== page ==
Can Rural States Reverse the Exodus of Lawyers?

Dec 27, 2016 at 12:00am ET By Joanna Hughes

Live in a small town and need the services of a lawyer? You may be out of luck. According to a recent report from NET News, Nebraska’s rural areas are facing a critical shortfall of young attorneys. In an effort to counter this troubling trend, several of the state’s colleges and universities have joined forces to recruit more country lawyers. Here’s a closer look at the initiative, along with several others underway aimed at ensuring that all people throughout the US have access to legal representation.

Increasing Opportunities

The Rural Law Opportunities Program (RLOP) seeks to increase the numbers of lawyers throughout Nebraska by recruiting directly at the high-school level. Under the program, three Nebraska colleges will offer a total of 15 scholarships to high-school grads who -- as long as they maintain a GPA of 3.5 or higher -- are guaranteed acceptance to the University of Nebraska-Lincoln College of Law with the condition that they’ll practice in a rural area.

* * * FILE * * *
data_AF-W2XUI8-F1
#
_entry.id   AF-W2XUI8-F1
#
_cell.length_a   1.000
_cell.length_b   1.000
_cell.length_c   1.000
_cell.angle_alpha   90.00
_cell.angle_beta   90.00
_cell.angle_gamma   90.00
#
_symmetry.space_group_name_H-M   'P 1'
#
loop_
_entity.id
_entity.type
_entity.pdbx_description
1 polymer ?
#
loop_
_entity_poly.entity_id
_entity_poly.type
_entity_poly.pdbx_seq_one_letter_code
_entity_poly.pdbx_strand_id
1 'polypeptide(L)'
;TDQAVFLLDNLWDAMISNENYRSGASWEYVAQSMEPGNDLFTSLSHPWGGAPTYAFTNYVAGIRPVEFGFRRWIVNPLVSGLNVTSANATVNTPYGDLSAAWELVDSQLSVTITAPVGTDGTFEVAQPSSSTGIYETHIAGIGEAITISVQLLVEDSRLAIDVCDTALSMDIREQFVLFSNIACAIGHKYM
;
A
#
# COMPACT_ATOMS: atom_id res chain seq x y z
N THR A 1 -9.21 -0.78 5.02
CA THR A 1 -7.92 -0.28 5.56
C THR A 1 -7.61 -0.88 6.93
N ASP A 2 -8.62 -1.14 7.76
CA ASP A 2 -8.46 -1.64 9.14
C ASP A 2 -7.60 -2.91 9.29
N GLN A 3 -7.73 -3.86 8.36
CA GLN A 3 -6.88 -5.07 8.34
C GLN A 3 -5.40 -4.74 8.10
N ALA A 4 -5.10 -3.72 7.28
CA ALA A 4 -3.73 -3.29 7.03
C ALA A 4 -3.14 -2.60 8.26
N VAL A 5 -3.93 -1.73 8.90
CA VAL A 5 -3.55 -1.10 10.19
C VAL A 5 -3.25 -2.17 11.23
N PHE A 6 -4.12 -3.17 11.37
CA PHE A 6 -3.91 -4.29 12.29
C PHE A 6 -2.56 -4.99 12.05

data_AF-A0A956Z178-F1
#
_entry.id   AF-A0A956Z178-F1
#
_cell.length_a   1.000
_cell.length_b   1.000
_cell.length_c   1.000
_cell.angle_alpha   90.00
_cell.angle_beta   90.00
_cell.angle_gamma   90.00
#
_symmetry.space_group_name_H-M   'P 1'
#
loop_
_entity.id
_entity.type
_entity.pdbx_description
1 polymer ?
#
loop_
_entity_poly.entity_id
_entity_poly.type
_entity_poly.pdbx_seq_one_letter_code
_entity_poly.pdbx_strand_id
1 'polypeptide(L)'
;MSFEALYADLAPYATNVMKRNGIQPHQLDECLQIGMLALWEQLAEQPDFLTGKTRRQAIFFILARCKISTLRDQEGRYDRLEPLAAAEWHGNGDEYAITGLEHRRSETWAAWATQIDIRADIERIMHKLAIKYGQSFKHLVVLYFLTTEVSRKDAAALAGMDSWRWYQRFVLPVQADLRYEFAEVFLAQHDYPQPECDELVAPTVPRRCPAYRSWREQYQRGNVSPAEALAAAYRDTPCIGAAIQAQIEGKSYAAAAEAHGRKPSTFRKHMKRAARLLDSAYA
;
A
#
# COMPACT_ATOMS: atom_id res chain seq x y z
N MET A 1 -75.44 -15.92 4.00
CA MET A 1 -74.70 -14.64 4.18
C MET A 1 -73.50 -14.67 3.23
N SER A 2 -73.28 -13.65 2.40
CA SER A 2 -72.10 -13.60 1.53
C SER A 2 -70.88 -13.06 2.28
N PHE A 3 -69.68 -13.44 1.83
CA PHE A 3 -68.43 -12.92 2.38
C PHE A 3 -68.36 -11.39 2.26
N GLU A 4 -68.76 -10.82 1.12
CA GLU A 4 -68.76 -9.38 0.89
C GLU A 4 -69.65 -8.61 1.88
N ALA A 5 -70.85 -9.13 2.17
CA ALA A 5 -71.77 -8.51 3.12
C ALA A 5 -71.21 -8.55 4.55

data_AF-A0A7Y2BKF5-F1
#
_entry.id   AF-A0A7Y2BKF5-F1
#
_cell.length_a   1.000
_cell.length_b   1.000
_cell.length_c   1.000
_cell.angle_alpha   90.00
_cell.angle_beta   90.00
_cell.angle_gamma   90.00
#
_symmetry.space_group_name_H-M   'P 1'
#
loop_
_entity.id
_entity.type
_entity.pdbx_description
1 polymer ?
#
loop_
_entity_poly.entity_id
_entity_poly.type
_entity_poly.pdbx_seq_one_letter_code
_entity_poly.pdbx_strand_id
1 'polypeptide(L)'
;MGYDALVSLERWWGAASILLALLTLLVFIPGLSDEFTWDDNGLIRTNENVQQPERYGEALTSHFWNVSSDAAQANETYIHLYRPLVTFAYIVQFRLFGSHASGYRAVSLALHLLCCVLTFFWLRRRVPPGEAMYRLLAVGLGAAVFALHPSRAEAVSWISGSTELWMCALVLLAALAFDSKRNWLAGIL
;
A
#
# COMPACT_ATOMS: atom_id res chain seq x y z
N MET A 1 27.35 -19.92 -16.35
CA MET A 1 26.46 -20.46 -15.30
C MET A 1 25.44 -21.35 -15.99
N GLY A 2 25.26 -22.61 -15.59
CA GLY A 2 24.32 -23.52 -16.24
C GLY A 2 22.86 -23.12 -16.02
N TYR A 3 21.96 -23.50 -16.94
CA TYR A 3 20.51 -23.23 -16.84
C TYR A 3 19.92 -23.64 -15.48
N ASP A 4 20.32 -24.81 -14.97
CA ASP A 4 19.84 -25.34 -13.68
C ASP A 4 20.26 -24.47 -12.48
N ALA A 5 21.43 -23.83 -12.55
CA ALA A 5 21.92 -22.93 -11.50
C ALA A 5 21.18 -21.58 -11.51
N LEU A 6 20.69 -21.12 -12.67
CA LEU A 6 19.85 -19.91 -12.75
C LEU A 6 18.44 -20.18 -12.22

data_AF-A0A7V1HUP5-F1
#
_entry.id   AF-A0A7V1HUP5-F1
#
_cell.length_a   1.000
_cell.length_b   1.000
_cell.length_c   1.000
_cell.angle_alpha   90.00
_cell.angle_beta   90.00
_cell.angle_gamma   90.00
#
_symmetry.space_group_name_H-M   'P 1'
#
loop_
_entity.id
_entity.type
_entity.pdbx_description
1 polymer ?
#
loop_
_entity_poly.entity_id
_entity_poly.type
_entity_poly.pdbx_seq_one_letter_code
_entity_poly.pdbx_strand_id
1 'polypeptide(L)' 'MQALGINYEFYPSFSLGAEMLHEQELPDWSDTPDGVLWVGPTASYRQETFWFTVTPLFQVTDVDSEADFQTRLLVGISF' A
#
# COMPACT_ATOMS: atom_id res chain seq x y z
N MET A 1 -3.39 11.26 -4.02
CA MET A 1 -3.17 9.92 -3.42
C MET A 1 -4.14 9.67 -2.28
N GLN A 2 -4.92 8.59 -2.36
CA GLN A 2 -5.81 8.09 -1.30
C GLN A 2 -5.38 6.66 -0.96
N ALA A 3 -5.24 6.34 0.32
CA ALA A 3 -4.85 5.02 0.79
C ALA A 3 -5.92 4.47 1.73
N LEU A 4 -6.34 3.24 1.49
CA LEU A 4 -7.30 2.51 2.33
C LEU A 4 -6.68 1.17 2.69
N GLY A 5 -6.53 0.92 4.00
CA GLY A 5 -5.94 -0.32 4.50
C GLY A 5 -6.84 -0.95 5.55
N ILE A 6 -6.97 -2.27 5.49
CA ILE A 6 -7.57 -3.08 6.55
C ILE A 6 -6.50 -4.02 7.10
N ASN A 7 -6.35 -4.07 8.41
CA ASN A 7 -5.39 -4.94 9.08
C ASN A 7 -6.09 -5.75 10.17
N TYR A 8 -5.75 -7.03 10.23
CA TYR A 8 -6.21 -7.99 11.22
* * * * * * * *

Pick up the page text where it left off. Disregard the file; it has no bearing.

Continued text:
Said Lyle Koenig, co-chair of the Nebraska Bar Association’s Rural Practice Initiative, “If you start with kids that come from the country in the first place, there is a very good chance they will come back to the country to practice law,” Koenig said.

ther Solutions Underway

While the data is limited regarding just how widespread the issue is, NET News reports that some Nebraska counties have just one lawyer, the county prosecutor. And Nebraska is not alone in strategizing to reverse the problem through the prioritization of rural support programs. Other initiatives, including scholarship programs and summer internships, are underway in Iowa, North Dakota, South Dakota and other states.

All of which begs the question: Why is it so important? Not only is it more costly to pay to transport legal experts when the need arises, but rural residents often end up at a serious legal disadvantage -- particularly in cases where the otherwise has more legal weight behind it, such as a corporate or government interest.

And the issue is not limited to the legal sector. Rural areas are facing shortages of professionals ranging from doctors and dentists to nurses and farmers. The good news? For those who see the joy in small town life, the professional opportunities are many.


Joanna worked in higher education administration for many years at a leading research institution before becoming a full-time freelance writer. She lives in the beautiful White Mountains region of New Hampshire with her family.

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